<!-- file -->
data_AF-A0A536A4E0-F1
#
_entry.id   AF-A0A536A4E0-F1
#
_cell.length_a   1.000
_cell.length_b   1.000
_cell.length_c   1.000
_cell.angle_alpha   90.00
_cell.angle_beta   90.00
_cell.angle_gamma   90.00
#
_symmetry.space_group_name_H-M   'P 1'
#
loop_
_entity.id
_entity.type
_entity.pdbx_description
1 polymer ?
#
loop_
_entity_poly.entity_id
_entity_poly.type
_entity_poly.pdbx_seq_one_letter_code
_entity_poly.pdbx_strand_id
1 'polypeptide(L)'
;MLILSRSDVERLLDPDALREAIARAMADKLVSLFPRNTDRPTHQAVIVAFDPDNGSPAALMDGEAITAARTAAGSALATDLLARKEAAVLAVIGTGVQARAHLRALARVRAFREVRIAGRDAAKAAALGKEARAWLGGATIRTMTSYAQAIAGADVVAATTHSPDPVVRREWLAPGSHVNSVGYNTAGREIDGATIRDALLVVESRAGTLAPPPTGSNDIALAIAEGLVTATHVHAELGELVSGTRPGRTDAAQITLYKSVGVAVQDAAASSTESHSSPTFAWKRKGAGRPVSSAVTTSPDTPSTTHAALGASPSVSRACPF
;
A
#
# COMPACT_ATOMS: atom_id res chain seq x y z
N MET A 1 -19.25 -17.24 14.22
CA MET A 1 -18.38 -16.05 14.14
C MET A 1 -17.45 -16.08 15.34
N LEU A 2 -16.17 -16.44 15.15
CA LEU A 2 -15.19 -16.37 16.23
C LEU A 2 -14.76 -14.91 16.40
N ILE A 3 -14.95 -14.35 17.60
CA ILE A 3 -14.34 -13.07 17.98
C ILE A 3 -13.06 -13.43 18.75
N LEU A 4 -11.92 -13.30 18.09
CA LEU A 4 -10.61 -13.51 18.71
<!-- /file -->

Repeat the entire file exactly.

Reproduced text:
data_AF-A0A536A4E0-F1
#
_entry.id   AF-A0A536A4E0-F1
#
_cell.length_a   1.000
_cell.length_b   1.000
_cell.length_c   1.000
_cell.angle_alpha   90.00
_cell.angle_beta   90.00
_cell.angle_gamma   90.00
#
_symmetry.space_group_name_H-M   'P 1'
#
loop_
_entity.id
_entity.type
_entity.pdbx_description
1 polymer ?
#
loop_
_entity_poly.entity_id
_entity_poly.type
_entity_poly.pdbx_seq_one_letter_code
_entity_poly.pdbx_strand_id
1 'polypeptide(L)'
;MLILSRSDVERLLDPDALREAIARAMADKLVSLFPRNTDRPTHQAVIVAFDPDNGSPAALMDGEAITAARTAAGSALATDLLARKEAAVLAVIGTGVQARAHLRALARVRAFREVRIAGRDAAKAAALGKEARAWLGGATIRTMTSYAQAIAGADVVAATTHSPDPVVRREWLAPGSHVNSVGYNTAGREIDGATIRDALLVVESRAGTLAPPPTGSNDIALAIAEGLVTATHVHAELGELVSGTRPGRTDAAQITLYKSVGVAVQDAAASSTESHSSPTFAWKRKGAGRPVSSAVTTSPDTPSTTHAALGASPSVSRACPF
;
A
#
# COMPACT_ATOMS: atom_id res chain seq x y z
N MET A 1 -19.25 -17.24 14.22
CA MET A 1 -18.38 -16.05 14.14
C MET A 1 -17.45 -16.08 15.34
N LEU A 2 -16.17 -16.44 15.15
CA LEU A 2 -15.19 -16.37 16.23
C LEU A 2 -14.76 -14.91 16.40
N ILE A 3 -14.95 -14.35 17.60
CA ILE A 3 -14.34 -13.07 17.98
C ILE A 3 -13.06 -13.43 18.75
N LEU A 4 -11.92 -13.30 18.09
CA LEU A 4 -10.61 -13.51 18.71